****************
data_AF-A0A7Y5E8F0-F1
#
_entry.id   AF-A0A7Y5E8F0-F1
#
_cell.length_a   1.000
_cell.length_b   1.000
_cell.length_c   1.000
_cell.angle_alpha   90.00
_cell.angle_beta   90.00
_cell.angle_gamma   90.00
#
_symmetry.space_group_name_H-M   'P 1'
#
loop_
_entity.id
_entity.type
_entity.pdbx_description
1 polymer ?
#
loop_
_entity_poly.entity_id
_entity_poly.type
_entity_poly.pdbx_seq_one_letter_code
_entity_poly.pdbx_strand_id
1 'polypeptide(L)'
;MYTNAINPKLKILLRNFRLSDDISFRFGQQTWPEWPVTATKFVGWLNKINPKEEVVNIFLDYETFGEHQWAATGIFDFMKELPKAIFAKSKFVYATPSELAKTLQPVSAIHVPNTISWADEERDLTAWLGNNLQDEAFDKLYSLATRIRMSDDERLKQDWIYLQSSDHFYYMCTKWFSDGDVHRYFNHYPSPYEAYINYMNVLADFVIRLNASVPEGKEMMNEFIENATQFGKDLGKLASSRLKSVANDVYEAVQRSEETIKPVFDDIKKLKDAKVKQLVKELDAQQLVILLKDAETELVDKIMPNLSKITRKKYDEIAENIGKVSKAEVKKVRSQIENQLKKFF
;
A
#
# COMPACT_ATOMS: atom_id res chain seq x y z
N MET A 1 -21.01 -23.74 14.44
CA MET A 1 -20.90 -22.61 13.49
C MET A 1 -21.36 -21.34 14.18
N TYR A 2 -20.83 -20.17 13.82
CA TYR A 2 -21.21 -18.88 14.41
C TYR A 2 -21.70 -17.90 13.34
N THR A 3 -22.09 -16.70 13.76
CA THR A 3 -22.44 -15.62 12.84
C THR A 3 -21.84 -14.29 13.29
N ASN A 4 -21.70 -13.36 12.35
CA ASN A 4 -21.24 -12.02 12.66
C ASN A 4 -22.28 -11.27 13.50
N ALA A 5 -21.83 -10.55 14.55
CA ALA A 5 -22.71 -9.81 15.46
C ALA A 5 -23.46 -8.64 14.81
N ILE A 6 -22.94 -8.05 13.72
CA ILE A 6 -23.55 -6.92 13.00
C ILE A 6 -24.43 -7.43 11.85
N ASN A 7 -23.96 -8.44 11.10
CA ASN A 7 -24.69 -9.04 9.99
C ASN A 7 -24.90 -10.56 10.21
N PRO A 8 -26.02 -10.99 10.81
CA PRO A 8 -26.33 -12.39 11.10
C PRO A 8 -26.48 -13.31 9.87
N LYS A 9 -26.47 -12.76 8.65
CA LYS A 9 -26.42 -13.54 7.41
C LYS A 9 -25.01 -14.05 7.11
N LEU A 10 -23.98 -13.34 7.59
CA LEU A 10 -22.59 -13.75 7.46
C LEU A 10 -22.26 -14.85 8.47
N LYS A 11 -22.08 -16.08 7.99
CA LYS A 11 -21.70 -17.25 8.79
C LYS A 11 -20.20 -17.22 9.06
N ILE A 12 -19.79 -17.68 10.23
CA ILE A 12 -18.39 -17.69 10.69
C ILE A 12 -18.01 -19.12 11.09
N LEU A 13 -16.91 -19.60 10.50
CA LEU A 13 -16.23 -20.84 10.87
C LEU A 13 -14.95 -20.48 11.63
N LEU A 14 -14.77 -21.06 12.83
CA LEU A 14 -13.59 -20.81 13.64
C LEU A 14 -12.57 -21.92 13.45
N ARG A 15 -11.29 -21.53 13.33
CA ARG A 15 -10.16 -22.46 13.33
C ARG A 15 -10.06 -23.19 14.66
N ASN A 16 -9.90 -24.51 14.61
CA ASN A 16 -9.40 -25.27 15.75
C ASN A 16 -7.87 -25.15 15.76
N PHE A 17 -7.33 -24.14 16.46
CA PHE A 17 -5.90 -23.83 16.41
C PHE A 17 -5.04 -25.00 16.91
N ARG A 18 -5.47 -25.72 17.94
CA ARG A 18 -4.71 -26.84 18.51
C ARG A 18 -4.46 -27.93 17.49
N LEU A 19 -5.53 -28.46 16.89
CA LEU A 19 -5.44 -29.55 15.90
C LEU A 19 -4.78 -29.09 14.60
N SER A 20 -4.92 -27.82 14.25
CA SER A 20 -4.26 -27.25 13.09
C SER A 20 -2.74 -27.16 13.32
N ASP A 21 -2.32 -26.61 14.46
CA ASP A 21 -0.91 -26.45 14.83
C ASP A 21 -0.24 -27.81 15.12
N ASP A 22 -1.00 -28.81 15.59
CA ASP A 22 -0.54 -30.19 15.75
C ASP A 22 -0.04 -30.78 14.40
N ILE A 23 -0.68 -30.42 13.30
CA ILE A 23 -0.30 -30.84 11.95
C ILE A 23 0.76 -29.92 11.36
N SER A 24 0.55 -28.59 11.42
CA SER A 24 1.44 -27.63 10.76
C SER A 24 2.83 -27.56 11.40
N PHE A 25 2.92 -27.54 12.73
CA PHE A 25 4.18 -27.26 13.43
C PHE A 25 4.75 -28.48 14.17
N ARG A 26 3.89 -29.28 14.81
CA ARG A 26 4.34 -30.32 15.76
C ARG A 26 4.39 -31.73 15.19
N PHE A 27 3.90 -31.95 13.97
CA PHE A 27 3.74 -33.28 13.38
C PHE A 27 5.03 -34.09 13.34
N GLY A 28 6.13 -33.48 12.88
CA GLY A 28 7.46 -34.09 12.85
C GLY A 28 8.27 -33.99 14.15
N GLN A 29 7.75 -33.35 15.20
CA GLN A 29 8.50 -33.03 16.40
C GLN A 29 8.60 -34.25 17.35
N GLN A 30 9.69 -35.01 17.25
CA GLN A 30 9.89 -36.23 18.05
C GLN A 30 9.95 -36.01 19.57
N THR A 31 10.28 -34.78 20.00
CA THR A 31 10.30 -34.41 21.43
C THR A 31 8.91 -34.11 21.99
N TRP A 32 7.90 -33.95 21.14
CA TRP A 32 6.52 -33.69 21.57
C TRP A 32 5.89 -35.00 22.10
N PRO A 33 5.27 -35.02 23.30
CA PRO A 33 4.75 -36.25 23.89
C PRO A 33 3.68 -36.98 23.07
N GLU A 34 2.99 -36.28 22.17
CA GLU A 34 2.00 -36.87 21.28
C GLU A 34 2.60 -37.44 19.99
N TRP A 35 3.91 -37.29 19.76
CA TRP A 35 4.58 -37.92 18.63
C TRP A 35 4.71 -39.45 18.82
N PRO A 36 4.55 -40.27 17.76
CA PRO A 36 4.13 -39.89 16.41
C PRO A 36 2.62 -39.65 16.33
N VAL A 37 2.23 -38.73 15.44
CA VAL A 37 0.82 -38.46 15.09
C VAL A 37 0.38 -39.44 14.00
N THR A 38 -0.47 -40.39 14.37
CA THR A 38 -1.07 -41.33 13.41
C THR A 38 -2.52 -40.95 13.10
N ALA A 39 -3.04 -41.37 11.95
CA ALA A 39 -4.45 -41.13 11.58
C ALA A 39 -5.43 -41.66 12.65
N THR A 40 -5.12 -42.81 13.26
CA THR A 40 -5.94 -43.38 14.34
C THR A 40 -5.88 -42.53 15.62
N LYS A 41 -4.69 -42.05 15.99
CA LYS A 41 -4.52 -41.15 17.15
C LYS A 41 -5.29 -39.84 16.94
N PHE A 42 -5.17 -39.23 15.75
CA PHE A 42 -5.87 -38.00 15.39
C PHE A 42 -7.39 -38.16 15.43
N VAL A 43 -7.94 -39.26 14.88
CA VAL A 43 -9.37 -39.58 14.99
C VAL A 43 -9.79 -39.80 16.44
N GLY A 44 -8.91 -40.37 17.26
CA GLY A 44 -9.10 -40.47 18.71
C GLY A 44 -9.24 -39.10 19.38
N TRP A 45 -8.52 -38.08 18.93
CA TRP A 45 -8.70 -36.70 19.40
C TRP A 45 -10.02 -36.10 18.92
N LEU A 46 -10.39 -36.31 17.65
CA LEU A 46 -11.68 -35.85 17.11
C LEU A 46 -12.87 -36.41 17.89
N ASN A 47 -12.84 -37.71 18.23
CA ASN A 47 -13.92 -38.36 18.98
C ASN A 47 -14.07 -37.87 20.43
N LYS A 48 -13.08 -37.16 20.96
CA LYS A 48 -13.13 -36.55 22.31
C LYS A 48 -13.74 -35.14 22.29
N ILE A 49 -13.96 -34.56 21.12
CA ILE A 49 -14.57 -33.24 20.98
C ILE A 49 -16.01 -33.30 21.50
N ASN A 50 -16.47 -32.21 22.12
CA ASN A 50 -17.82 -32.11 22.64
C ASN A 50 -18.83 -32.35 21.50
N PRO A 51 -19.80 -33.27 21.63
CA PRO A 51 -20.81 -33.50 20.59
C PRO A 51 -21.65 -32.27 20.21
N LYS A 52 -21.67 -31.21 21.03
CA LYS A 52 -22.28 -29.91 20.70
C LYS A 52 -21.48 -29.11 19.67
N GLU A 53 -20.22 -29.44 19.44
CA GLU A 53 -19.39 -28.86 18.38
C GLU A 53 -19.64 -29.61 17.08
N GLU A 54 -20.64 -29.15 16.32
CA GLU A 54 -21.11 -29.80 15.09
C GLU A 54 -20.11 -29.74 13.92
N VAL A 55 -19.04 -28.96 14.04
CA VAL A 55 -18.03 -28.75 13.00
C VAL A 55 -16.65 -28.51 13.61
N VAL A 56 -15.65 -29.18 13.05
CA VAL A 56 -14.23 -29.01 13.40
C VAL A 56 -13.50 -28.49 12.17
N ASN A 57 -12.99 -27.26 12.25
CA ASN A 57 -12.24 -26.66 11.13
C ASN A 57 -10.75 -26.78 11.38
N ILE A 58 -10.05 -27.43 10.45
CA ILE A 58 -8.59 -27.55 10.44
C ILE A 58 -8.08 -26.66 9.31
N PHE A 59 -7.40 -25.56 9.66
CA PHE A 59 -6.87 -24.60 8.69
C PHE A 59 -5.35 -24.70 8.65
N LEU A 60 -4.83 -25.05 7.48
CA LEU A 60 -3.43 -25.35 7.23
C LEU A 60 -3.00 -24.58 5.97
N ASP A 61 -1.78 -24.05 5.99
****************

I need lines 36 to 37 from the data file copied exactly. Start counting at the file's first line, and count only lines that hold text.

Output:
C TYR A 2 -21.70 -17.90 13.34
N THR A 3 -22.09 -16.70 13.76